Financial firms are faced with the challenge of not only targeting top-tier wealth, but also capturing the masses in order to remain profitable. The mass affluent segment (comprising individuals having US$100,000 to US$1 million of investable assets) owns over 42% of global wealth, making this segment responsible for a majority of the world’s investable assets as only 41% are owned by high-net worth investors (individuals with investable assets of US$1 million to US$30 million), according to the Credit Suisse Global Wealth Databook. There is a divide between these two groups, as high-net worth investors find value in the traditional relationship with their banks and brokerages while the tech-savvy masses still desire quality, high touch service, but delivered digitally.
Is it possible for firms to service both groups through personal touch branches and a powerful digital channel, while remaining profitable? Technology solutions are playing an increasingly vital role in this balancing act of traditional, client/advisor relationships, alongside the evolving needs of customer service and robust self-directed capabilities.
The desire for quality customer service has far from abated. While the mass affluent group is rapidly adopting more self-service options, investors of all types still want someone to answer the phone when they call – and for that person to be able to field their request quickly. Customer service representatives are no longer just assisting with the basics and the requests coming in are much more advanced. Multi-channel adoption—now incorporating social, mobile, and online touch points, in addition to existing branches and call centers—has become the norm alongside anywhere, anytime access. By utilizing a third-party technology platform to enhance these channels and meet the growing demand, wealth management firms can reallocate resources to meet the needs of more complex requests.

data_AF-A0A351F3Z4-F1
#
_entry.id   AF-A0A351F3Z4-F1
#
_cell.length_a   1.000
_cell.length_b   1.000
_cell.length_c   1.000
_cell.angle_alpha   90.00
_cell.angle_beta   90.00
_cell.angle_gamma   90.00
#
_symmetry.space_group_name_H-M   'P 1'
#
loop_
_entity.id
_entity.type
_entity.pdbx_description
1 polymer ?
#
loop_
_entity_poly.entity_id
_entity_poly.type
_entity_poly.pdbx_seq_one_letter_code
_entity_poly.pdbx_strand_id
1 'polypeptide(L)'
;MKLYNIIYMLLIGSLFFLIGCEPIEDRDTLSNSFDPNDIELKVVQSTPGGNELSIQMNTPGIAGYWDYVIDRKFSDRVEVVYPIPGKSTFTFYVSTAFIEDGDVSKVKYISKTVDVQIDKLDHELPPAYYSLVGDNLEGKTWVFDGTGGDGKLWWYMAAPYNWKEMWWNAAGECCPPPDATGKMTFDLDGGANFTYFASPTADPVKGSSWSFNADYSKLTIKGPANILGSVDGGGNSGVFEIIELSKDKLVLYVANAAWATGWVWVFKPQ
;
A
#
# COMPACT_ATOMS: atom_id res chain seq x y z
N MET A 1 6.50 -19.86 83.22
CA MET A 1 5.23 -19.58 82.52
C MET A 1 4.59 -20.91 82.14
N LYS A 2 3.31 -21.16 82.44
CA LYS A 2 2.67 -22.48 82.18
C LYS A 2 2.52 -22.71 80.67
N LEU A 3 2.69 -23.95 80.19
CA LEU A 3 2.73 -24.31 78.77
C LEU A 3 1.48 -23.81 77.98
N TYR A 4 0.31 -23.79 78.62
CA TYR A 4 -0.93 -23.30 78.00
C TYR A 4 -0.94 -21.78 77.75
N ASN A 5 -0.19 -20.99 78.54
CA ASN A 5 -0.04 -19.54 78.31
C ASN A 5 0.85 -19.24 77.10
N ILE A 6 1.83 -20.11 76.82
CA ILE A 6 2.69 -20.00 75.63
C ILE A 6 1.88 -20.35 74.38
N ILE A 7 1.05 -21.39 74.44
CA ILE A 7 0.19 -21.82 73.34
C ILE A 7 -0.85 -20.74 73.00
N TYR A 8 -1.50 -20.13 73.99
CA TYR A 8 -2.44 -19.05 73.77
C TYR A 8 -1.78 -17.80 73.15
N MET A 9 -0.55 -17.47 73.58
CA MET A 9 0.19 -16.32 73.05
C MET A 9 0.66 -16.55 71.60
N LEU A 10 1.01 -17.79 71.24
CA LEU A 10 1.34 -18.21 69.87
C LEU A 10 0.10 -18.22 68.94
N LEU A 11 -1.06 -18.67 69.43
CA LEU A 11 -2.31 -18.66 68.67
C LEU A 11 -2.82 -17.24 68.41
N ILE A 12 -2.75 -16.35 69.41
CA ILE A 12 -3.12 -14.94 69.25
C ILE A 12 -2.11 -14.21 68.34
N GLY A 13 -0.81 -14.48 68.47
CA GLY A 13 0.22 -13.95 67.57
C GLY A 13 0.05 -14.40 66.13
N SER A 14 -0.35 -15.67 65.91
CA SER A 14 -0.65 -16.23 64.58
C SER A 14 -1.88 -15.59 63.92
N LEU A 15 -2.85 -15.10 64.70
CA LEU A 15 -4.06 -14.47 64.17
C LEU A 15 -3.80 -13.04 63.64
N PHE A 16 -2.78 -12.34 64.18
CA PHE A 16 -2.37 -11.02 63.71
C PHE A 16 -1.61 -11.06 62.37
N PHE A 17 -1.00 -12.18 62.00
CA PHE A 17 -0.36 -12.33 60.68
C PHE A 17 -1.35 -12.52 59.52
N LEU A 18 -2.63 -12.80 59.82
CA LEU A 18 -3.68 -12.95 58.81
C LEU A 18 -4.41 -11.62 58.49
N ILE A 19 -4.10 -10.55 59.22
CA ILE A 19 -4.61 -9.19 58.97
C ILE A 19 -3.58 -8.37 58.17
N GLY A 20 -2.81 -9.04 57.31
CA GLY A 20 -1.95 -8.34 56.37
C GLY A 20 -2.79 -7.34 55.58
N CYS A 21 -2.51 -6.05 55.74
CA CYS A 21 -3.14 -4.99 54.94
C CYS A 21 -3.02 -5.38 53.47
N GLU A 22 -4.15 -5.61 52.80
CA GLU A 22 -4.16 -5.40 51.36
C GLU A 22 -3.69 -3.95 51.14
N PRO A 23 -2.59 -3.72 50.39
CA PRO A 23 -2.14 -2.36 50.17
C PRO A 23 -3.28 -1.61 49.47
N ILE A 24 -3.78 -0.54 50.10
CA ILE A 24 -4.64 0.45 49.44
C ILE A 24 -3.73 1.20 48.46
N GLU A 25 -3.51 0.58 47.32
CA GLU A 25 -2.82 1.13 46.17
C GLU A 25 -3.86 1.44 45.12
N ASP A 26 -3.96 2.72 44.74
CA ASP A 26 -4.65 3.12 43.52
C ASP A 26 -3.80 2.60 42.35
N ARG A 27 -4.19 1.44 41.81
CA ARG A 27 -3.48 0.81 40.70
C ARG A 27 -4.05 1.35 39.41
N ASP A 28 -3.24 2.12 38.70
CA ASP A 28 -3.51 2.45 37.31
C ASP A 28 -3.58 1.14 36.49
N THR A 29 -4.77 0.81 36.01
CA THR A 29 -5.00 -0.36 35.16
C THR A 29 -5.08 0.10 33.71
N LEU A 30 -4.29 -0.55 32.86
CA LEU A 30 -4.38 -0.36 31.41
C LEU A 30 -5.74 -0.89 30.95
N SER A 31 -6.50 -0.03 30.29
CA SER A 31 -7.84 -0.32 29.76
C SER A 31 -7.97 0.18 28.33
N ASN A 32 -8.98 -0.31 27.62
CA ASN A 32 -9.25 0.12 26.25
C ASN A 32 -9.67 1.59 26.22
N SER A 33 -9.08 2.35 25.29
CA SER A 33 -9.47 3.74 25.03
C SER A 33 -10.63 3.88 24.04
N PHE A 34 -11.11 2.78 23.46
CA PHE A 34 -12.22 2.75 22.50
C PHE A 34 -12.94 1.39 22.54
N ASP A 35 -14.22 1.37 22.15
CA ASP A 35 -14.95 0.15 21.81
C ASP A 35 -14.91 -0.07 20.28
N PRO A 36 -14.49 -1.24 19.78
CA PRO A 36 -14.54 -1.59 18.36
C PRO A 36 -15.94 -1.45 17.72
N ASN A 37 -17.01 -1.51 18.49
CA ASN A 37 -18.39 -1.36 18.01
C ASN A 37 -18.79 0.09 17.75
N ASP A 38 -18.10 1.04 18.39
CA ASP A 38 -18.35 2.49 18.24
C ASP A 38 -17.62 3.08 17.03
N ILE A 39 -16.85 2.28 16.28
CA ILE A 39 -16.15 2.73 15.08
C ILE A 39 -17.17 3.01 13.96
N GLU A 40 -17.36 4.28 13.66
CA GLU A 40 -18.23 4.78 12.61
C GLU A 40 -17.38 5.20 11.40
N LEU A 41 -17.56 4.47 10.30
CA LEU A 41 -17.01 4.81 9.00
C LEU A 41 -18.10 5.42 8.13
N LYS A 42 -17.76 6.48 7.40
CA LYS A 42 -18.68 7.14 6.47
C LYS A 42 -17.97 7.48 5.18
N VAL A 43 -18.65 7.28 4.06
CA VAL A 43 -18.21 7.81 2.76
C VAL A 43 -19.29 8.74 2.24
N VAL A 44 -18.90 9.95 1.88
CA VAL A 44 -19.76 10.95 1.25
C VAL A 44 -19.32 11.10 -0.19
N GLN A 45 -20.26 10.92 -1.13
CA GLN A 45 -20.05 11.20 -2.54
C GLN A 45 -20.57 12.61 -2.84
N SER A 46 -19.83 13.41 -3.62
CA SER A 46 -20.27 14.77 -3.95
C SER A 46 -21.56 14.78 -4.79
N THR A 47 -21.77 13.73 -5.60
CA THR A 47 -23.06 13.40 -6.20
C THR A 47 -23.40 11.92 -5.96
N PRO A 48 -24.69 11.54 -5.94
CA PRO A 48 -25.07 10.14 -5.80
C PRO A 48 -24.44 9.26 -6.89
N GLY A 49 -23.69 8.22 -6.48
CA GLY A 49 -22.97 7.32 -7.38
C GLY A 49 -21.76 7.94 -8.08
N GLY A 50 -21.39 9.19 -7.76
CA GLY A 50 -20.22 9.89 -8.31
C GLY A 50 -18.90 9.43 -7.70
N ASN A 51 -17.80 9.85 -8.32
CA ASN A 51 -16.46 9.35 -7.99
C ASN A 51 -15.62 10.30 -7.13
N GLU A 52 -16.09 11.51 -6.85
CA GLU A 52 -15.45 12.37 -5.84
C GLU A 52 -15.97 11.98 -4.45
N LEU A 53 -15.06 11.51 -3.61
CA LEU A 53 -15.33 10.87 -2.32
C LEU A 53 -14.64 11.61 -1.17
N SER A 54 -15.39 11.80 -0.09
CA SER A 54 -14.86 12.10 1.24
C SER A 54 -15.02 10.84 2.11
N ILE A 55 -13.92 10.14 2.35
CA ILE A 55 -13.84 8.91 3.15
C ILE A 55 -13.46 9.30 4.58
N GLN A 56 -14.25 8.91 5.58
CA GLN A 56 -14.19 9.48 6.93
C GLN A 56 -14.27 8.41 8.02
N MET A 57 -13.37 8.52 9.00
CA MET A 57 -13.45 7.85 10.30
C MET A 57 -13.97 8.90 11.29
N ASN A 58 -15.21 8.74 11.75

According to Aite Group’s survey earlier this year, more than 40% of U.S. financial advisors are planning on creating more self-service tools and expanding the type of advice and services offered in order to appeal to the Gen X/Y segments. In order to remain competitive, full-service wealth management firms’ digital tools must meet the digital appetite of these investors while still providing value through the advisors’ expertise. Technology solutions are key in this regard, as advancements in client reporting, flexible interfaces and data-driven analyses create a value-added client/advisor relationship.
Self-directed investors are empowering themselves and want to leverage intelligent insights and crowd-sourced analytics into their investment decisions. Traditionally, financial institutions have reserved performance reporting for institutional and high-net-worth clients due to the high costs and complex data processing requirements associated with satisfying a broader client base. Leveraging a third-party provider which can offer a scalable system efficiently will minimize reporting costs and give the ever-growing self-directed channel within the mass affluent the transparency and reporting capabilities that is expected amongs this influential group.
There has been an unprecedented surge of entrepreneurship within the wealth management industry, which has brought forward new business models and disruptive technology, providing the mass affluent with financial advice it has not had access to in the past through these digital channels. The firms which get ahead of the trend and offer these services will emerge on top and capture the mass affluent without being forced to shut all of its branch doors.
In the race for the mass affluent segment, has digital become the new normal? Join the conversation at our Bank Brokerage Executive Forum.